The Book, Cat, & Cat Book Lovers Almanac

of historical trivia regarding books, cats, and other animals. Actually this blog has evolved so that it is described better as a blog about cats in history and culture. And we take as a theme the advice of Aldous Huxley: If you want to be a writer, get some cats. Don't forget to see the archived articles linked at the bottom of the page.

March 3, 2014

March 3, 1756

William Godwin (March 3, 1756 to April 7, 1836) elaborated his ideas on the problems facing the world in numerous literary works. According to the Encyclopedia Britannica:

The object of his principal work, An Enquiry Concerning Political Justice, and Its Influence on General Virtue and Happiness (1793), was to reject conventional government by demonstrating the corrupting evil and tyranny inherent in its power of manipulation. He proposed in its place small self-subsisting communities. He argued that social institutions fail because they impose on man generalized thought categories and preconceived ideas, which make it impossible to see things as they are.

Godwin an early Kurzweil,  was convinced that man's reason could succeed in making human nature perfect. He married an advocate of feminine equality, Mary Wollstonecraft, and his daughter, Mary Wollstonecraft Godwin, married the poet Shelley. In the heady years of the French Revolution many things seemed possible, and practical experience hardly weighed in the balance. Progress seemed so obvious to liberal thinkers at the time, that it did not merit analysis. Godwin's own father after all, had been a stern fundamentalist who despised the Church of England and said that petting a cat on the Sabbath was a sin. Everywhere young intellectuals of the time looked, things seemed to be changing for the better. That the giddiness  they experienced was the result of cultural weights being shifted and merely a comparative, transient effect, they never considered. The recollection of the effervescence of youth would nourish them for decades.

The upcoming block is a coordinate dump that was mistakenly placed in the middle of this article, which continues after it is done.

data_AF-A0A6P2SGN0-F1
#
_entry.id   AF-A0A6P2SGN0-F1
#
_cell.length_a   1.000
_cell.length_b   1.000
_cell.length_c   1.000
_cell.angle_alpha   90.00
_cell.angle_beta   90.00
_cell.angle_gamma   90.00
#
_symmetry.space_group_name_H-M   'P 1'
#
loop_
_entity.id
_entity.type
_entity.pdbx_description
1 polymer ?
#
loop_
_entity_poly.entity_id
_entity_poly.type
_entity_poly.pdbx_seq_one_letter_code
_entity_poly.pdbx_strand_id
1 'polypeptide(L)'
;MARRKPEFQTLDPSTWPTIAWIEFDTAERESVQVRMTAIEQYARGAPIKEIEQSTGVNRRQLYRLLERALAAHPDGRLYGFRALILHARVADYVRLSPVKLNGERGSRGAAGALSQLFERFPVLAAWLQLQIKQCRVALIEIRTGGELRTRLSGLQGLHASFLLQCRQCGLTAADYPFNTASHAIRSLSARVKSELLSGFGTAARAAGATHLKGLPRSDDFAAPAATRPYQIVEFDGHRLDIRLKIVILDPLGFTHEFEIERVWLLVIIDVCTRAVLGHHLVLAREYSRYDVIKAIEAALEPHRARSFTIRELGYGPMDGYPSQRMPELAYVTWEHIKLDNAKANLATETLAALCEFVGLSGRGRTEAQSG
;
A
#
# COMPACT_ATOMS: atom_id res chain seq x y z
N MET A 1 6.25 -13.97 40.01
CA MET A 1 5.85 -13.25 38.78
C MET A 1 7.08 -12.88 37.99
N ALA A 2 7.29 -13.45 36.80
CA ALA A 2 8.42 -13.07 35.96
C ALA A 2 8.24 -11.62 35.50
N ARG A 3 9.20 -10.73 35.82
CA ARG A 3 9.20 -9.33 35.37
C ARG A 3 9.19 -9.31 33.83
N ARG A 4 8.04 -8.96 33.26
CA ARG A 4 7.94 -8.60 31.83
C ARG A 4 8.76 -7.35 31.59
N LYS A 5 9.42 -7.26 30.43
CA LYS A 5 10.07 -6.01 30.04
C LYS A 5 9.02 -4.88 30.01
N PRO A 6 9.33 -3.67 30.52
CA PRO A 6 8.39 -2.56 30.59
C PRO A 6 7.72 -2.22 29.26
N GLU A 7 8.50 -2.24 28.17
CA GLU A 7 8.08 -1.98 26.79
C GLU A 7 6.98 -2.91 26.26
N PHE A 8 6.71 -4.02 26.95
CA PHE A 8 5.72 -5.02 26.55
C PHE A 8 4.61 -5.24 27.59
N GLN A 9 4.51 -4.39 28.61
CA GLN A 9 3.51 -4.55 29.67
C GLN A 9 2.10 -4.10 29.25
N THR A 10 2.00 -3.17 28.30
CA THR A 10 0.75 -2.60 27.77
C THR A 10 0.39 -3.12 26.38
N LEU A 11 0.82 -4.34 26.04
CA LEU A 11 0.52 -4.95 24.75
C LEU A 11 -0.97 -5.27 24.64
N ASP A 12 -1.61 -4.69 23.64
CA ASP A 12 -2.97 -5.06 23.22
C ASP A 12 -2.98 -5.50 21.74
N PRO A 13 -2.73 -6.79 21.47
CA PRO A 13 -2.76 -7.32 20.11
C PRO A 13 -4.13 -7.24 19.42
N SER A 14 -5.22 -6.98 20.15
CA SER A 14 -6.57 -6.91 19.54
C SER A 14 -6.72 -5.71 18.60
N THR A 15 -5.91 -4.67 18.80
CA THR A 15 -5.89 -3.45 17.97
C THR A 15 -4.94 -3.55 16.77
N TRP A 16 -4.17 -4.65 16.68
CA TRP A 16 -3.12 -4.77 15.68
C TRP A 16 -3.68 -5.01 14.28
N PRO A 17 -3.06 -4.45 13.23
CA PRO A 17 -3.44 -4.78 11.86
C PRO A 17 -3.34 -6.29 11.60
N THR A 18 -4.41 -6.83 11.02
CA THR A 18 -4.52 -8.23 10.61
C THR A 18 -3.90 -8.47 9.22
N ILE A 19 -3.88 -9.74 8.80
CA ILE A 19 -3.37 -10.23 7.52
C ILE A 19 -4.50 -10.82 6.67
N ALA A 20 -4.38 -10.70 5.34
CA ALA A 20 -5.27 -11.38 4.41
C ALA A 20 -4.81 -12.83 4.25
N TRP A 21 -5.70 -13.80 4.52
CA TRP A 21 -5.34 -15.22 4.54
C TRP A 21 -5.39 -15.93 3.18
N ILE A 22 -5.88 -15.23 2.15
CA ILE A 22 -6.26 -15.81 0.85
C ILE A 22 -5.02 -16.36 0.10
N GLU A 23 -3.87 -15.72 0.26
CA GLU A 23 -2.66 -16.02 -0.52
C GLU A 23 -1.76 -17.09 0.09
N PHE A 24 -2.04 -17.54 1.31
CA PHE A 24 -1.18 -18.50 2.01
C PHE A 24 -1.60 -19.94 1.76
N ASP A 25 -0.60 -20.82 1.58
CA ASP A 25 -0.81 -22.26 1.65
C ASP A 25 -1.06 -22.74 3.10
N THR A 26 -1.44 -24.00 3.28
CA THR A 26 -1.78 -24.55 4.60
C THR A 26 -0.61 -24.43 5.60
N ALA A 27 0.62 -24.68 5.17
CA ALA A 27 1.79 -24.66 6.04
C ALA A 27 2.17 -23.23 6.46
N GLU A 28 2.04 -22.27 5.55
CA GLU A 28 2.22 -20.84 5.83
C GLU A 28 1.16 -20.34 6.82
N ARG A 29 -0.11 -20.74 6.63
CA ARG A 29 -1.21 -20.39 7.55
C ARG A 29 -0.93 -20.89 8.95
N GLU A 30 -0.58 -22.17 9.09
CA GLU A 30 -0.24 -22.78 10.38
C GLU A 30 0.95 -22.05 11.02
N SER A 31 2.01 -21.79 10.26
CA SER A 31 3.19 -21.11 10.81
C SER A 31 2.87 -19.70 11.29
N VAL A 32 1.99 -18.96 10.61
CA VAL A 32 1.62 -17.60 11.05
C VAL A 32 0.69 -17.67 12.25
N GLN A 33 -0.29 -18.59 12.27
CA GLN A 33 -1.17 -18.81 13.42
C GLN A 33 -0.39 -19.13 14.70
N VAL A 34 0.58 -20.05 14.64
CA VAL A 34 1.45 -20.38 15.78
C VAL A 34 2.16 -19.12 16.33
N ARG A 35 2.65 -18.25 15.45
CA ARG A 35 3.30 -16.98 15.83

Elizabeth Robins Pennell's biography, Mary Wollstonecraft, (2008) is the source of the detail about Godwin's father. 

odnb on his WIFE mary


William Godwin (3 March 1756 – 7 April 1836) was anEnglish journalist, political philosopher and novelist. He is considered one of the first exponents of utilitarianism, and the first modern proponent of anarchism.[1] Godwin is most famous for two books that he published within the space of a year: An Enquiry Concerning Political Justice, an attack on political institutions, and Things as They Are; or, The Adventures of Caleb Williams, which attacks aristocratic privilege, but also is the first mystery novel. Based on the success of both, Godwin featured prominently in the radical circles of London in the 1790s.



Mary Wollstonecraft - Page 170 --- about Wm Godwin's

Elizabeth Robins Pennell - 2008 - Preview - More editions

... one a Methodist preacher, the other a Dissenter. His father [the father of Mary's father] was a man of but little learning, whose strongest feeling was disapprobation of the Church of England, and whose "creed was so puritanical that he considered the fondling of a cat a profanation of the Lord's Day."

[Wm Godwin's parents and grandparents all respectable-- Methodists and Dissenters.]

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